Tagged: The Lunchbox

Tom Hanks

Director/producer Ron Howard and producer Brian Grazer have cast an energetic company of some of the world’s most talented and interesting rising international stars to join Tom Hanks in Inferno, the new film in Columbia Pictures’ Robert Langdon series, which has taken in more than $1.2 billion worldwide to date.

The Imagine Entertainment production, which has a screenplay by David Koepp based on the book by Dan Brown, is slated for release on October 14, 2016 and will begin principal photography at the end of April.  The project’s executive producers are Dan Brown, Anna Culp, Bill Connor, and David Householter.

Inferno continues the Harvard symbologist’s adventures on screen: when Robert Langdon wakes up in an Italian hospital with amnesia, he teams up with Sienna Brooks, a doctor he hopes will help him recover his memories and prevent a madman from releasing a global plague connected to Dante’s “Inferno.”

Felicity Jones, an Oscar® nominee this year for her performance in The Theory of Everything, will star opposite Hanks as Dr. Sienna Brooks.  Irrfan Khan, one of India’s biggest stars, best known for his roles in Slumdog Millionaire, Life of Pi, and The Lunchbox, takes the role of Harry Sims, also known as The Provost.  French actor Omar Sy, best known for his work in the French mega-hit The Intouchables, as well as X-Men: Days of Future Past, the upcoming Jurassic World, and John Wells’ upcoming untitled project, will play Christoph Bruder.  Sidse Babett Knudsen, star of the Danish television series “Borgen,” will portray Dr. Elizabeth Sinskey, the head of the World Health Organization.  The filmmakers are also in talks with several other internationally recognized actors for major roles.

Commenting on the announcement, Howard said, “For this film, I wanted Tom Hanks to be surrounded by an international cast of actors whose energy will underscore Robert Langdon’s life-or-death peril, the high-stakes action he takes, and the global threat that he’s trying to prevent.  Felicity, Irrfan, Omar, and Sidse have all broken through with recognition here in America as well as their home countries – they are phenomenal talents and we can’t wait to get started.”

“We’re thrilled to be making a third Robert Langdon film with Ron, Tom and Brian,” said Doug Belgrad, president, Sony Pictures Entertainment Motion Picture Group.  “Inferno will deliver all of the excitement, intrigue and international adventure that audiences expect from a film based on Dan Brown’s huge selling Langdon book series. We can’t wait to see this character back on the big screen.”

Michael De Luca and Andrea Giannetti will oversee the project for Columbia Pictures.

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The Good The Bad The Ugly Film Show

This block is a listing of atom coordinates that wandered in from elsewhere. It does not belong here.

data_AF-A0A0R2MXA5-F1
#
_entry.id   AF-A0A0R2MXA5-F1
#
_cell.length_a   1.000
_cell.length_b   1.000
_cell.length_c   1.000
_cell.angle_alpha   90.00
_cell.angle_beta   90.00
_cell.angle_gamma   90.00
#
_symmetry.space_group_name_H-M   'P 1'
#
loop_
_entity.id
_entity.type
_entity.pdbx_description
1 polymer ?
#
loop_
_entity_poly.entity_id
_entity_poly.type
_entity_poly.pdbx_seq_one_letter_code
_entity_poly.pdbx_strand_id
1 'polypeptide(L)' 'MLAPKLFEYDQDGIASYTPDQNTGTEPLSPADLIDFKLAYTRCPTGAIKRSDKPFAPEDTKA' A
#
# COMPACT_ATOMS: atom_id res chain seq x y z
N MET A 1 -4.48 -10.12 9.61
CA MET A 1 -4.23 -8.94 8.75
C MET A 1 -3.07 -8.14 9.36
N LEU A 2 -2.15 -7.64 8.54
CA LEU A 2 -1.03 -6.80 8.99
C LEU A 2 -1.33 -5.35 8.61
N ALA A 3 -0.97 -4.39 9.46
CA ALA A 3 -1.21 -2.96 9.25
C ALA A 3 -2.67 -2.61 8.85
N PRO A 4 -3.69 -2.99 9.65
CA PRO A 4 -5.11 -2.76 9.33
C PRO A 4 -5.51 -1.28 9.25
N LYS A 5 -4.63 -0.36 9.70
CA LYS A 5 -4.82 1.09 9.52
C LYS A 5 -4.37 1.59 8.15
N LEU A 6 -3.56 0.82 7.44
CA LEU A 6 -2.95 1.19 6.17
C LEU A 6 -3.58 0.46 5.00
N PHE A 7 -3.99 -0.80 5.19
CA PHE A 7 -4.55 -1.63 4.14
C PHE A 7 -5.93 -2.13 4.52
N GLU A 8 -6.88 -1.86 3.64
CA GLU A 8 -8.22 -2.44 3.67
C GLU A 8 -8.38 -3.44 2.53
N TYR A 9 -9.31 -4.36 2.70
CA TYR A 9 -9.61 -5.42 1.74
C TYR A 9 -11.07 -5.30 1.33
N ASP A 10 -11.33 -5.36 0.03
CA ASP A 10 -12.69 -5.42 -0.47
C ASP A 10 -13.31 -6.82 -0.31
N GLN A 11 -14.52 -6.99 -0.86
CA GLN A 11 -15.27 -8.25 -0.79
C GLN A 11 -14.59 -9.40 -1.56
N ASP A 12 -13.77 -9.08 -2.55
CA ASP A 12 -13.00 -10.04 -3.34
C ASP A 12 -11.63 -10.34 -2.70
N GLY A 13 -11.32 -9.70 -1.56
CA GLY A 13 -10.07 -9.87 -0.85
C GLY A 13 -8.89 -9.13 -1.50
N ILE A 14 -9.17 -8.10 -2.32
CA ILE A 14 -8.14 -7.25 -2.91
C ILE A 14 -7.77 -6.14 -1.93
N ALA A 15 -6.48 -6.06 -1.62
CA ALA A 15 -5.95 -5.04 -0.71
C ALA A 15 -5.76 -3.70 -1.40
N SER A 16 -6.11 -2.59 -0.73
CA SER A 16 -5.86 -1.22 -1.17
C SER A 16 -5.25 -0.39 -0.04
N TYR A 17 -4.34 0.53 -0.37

This week on The Good The Bad The Ugly Film Show Adam, Dave,  Nick and Greg take a look at new release films ‘The Lunchbox’, ‘All This Mayhem’ and ‘The Dawn Of The Planet Of The Apes’. This episode also contains interviews with Fred Schepisi, Jay Dub and Genevieve Kelly.

Greg also takes an in-depth look at the Scandinavian Film Festival.

Also listen for your chance to win a copy of Nymphomaniac Vol 1 + 2 on DVD thanks to Icon Distribution.

To listen to the show you can download it for free from our Podcast Channel – Listen/Download here

The Lunchbox

Summary: Set in modern day Mumbai amongst the city’s famously efficient lunchbox delivery system, Saajan (Khan) accidentally receives a meal intended for the husband of the unhappily married Ila (Nimrat Kaur). Eventually discovering the delivery man’s accident, Saajan and Ila start to secretly correspond, noting observations of the busy world around them before their letters become more personal.

Year: 2014

Australian Cinema Release Date: 10rd July, 2014

Australian DVD Release Date: TBA

Country: India, France, Germany, USA

Director: Ritesh Batra

Screenwriter: Ritesh Batra

Cast: Bharati Achrekar (Auntie), Shruti Bapna (Mehrunnisa), Irrfan Khan (Saajan Fernandes), Nimrat Kaur (Ila), Yashvi Puneet Nagar (Yashvi), Nawazuddin Siddiqui (Shaikh), Akash Sinha (himself), Denzil Smith (Mr. Shroff), Nakul Vaid (Rajeev)

Runtime: 101 mins

Classification: PG

 

OUR THE LUNCHBOX REVIEWS & RATINGS:

 

Greg King: You can check out Greg’s The Lunchbox review on The Good The Bad The Ugly Film Show Ep #87

Stars(3.5)

 

David Griffiths:

A quick thought of Indian cinema often conjures up blatant rip offs of Hollywood blockbuster and of course the all-singing and all-dancing dazzle of Bollywood. For some reason the more serious kinds of cinema, which surprisingly is a category that The Lunchbox fits into, seem to go missing and never find their ways into cinemas around the world. Luckily though someone has seen fit to give The Lunchbox a go at box office success outside of its native India.

This succulent film tells tThe tale of two very different people who live two very different lives in modern Mumbai. Ila (Nimrat Kaur) is an unhappy housewife whose main job each day is to prepare her husband’s lunch and make sure it is given to the local dabbawallah to deliver to his work.

Meanwhile widower Saajan Fernandes (Irrfan Khan) is seeing out his days at a mundane office job while those around him are preparing for his impending retirement. The fact that he suddenly accidentally starts receiving Ila’s food sparks a new romance for him, while training his replacement Shaikh (Nawazuddin Siddiqui) gives him new life in the office.

Surprisingly this is director/screenwriter Ritesh Batra’s first feature film. Unlike so many first time directors he doesn’t fall into the trap of trying to recreate the styles or storylines that have made films popular in the past. Batra really brings his own style to The Lunchbox. He doesn’t make the mistake of deciding that this should be a laugh-out-loud romantic comedy like most Hollywood directors would have made this film.